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ESG for startups by vestbee
09 September 2022·5 min read

Paulina Milewska-Mróz

Senior Associate, B2RLaw

ESG Due Diligence: New EU Requirements On Corporate Sustainability

As we continue on with the series breaking down the basics and intricacies of the importance of ESG factors for entrepreneurs and startup founders, it is time to shed some light on the new EU requirements regarding the sustainability of businesses. 

On 23 February 2022, the European Commission published a proposal for a Directive on corporate sustainability due diligence. The Commission noted that the European Union's transition to a climate-neutral and green economy and the achievement of the Sustainable Development Goals, including human rights and environmental goals, requires companies to implement comprehensive procedures to mitigate risks of adverse human rights and environmental impacts in their value chains. 

Certain companies in the EU have voluntarily implemented responsible business conduct standards. However, the European Commission's assessment is that voluntary measures have not led to widespread improvements in individual economic sectors. The fact that the EU economy is so heavily linked to the global economy results in EU businesses inadvertently also having business links with bad actors, which in turn negatively impact human rights and the environment. In particular, such negative impact includes violations of workers' human rights, such as forced labour, child labour, inadequate occupational safety and health protection and exploitation of workers, and are associated with negative environmental impacts through greenhouse gas emissions, pollution or leading to biodiversity loss and ecosystem degradation. Reducing the identified threats to human rights and environmental protection requires the adoption of appropriate regulations at the EU level.

The Directive aims to improve corporate governance practices by ensuring that processes for managing and mitigating human rights risks, environmental risks and impacts, taking into account risks and impacts arising from value chains, can be more effectively integrated into companies' strategies. The aim is also to avoid fragmentation in the due diligence process. This may be ensured through the implementation of uniform rules providing for legal certainty on the one hand, and making companies more accountable for the adverse impacts of their activities on the other hand. Furthermore, the Directive aims to improve access to remedies for those affected by adverse human rights and environmental impacts resulting from companies' activities.

The new due diligence rules will apply to both EU and third country businesses. With regard to EU companies, the rules anticipate two groups of companies:

  1. all EU companies with limited liability, of significant size and economic power (with more than 500 employees and a global net turnover of more than € 150 million) (Group 1);
  2. other EU companies with limited liability in defined high-impact sectors that do not meet the criteria of Group 1 but have more than 250 employees and a global net turnover of more than € 40 million (Group 2).

In terms of third-country companies, the Directive also distinguishes between two groups:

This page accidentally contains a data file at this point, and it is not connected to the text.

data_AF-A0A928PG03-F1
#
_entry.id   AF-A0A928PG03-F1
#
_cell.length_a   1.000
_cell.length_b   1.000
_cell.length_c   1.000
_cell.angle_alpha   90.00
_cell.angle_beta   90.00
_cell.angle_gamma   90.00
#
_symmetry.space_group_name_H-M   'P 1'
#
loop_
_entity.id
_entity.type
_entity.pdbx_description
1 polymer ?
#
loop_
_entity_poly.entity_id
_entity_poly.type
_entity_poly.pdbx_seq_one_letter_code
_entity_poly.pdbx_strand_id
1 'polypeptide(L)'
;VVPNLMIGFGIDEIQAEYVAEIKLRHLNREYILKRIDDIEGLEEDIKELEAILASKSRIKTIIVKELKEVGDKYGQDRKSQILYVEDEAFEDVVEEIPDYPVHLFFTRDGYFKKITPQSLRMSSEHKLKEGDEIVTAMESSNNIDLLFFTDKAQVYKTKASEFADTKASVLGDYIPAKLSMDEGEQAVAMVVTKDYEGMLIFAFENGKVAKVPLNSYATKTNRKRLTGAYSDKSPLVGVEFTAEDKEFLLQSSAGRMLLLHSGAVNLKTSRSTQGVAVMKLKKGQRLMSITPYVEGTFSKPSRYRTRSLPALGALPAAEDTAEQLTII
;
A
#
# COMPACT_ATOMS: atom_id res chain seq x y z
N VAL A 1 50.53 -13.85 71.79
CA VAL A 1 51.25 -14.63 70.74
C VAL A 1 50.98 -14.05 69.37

1. third country undertakings which have recorded net sales in the Union of more than EUR 150 million in the financial year preceding the last financial year (Group 1);
  2. other third country undertakings which have recorded net sales in the Union of more than EUR 40 million but not more than EUR 150 million in the financial year preceding the most recent financial year, provided that at least 50% of the net sales revenues worldwide were recorded in at least one high-impact sector (Group 2).

For Group 2 companies from the EU and third countries, the rules will take effect two years later than for Group 1 companies.

The Directive envisages that companies will have to:

  1. integrate due diligence into their policies,
  2. identify actual and potential negative impacts on human rights and the environment,
  3. prevent or mitigate potential impacts,
  4. eliminate or minimise actual impacts,
  5. establish and maintain a complaints procedure,
  6. monitor the effectiveness of due diligence policies and measures,
  7. publicly report on due diligence.

Additionally, Group 1 companies will be required to adopt a plan to ensure that the company's operations and strategy are consistent with the transition to a sustainable economy and the goal of limiting global warming to 1.5 °C, as set out in the Paris Agreement.

The Directive requires corporate management to establish and oversee the implementation of corporate sustainability due diligence processes and measures and to align corporate strategy with them. 

Enforcement of the new rules will be the responsibility of national administrative authorities designated by Member States. These authorities will be able to impose penalties in case of non-compliance. In addition to that, victims of human rights and environmental violations will be able to sue for compensation for damages that could have been avoided through appropriate due diligence measures. The provisions on the duties of the management boards will be enforced by the relevant laws of the Member States.

A proposal containing a draft directive will be submitted to the European Parliament and the Council for approval. Once the Directive has been adopted, Member States will have two years to transpose it into national law and to transmit the relevant texts to the Commission.

Related Posts:

ESG For Startups: Re-defining The Supply Chain (by Julia Pycka, Associate, B2RLaw)

How To Outperform The Competition With ESG? (by Agnieszka Hajos-Iwańska, Partner, B2RLaw)

How To Improve ESG Metrics In Your Startup? (by Julia Pycka, Associate, B2RLaw)


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